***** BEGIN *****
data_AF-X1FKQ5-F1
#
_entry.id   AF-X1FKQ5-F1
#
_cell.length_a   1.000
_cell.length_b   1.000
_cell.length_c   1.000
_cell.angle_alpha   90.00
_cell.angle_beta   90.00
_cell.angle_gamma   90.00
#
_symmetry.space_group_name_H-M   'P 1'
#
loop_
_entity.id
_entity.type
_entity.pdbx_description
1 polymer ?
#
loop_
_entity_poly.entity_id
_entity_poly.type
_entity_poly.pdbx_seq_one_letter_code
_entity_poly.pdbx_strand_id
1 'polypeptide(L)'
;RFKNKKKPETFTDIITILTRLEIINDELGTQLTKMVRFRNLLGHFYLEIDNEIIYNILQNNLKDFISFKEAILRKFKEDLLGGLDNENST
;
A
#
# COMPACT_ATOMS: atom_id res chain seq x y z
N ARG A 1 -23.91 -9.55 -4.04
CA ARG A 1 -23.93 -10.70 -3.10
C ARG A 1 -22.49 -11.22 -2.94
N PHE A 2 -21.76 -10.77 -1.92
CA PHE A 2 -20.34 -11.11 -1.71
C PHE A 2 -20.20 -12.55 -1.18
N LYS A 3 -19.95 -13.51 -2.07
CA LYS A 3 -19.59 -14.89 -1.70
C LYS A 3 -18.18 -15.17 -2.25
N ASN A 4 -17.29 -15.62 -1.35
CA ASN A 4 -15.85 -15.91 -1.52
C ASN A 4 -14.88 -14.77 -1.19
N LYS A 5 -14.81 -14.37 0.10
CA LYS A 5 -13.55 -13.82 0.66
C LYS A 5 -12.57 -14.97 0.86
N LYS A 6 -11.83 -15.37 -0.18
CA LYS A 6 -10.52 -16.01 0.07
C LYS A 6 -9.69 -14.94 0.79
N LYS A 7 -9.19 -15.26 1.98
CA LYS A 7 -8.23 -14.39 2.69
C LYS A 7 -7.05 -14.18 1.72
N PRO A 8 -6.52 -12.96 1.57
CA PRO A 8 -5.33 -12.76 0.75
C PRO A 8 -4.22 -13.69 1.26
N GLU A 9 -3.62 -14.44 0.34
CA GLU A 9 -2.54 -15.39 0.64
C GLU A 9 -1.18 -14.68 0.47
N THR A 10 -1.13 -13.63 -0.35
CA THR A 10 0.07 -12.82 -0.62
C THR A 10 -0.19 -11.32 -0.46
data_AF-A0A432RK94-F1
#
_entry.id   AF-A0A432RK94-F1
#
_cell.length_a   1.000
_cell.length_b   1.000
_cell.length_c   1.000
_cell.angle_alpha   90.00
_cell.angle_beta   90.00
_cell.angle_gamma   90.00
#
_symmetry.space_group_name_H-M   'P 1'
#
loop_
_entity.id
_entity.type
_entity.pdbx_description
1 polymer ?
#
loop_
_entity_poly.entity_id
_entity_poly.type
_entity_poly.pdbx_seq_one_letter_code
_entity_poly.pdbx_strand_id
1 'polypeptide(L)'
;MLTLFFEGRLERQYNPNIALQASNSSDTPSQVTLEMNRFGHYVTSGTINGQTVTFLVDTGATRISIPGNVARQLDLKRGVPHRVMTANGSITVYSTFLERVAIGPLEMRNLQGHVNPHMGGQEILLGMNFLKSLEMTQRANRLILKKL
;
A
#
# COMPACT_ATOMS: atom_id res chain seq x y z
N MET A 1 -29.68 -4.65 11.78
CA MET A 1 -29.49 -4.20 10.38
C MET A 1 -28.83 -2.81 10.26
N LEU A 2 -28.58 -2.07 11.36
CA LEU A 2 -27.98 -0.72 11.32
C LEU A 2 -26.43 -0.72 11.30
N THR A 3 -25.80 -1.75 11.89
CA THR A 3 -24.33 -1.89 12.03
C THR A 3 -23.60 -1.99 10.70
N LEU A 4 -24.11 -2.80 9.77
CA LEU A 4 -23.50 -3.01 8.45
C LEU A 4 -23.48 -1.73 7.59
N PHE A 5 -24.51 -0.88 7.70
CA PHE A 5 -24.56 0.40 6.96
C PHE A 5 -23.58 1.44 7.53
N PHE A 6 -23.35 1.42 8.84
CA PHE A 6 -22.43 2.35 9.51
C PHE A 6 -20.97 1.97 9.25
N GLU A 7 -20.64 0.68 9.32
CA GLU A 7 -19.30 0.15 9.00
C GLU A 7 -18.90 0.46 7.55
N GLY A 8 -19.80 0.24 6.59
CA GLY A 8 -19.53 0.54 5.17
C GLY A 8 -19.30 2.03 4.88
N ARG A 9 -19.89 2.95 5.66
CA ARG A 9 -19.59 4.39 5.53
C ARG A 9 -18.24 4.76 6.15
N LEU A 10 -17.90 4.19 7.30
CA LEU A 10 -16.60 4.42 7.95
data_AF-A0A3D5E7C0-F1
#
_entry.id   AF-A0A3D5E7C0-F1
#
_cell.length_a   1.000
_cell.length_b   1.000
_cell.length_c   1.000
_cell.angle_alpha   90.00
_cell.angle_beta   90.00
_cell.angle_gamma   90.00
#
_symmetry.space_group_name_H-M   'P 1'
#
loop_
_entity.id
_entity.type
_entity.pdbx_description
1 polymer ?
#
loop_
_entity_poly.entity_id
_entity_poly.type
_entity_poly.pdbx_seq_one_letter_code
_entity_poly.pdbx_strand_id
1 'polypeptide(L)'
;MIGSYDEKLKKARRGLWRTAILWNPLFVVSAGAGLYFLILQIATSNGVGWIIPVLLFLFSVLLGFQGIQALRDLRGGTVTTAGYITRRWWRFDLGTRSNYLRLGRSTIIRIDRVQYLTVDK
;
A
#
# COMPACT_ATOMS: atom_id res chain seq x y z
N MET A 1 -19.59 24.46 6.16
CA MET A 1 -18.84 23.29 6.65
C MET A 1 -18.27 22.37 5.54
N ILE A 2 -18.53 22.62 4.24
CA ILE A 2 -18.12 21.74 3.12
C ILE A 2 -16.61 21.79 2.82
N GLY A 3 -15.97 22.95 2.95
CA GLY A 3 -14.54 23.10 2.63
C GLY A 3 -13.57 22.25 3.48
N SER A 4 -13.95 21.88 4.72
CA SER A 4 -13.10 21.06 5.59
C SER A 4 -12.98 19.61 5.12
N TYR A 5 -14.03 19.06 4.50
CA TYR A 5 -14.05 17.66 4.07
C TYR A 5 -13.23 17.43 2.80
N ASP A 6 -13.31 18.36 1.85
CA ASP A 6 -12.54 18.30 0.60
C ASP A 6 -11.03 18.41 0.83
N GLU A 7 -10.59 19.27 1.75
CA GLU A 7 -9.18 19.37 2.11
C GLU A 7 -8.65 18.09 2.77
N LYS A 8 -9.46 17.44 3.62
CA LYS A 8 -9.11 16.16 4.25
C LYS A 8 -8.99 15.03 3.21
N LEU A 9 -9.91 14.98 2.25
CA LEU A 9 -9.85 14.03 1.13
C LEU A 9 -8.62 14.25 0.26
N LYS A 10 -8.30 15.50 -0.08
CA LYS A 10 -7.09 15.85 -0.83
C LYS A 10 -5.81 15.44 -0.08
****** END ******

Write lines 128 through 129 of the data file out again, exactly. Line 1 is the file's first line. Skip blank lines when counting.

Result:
_cell.angle_beta   90.00
_cell.angle_gamma   90.00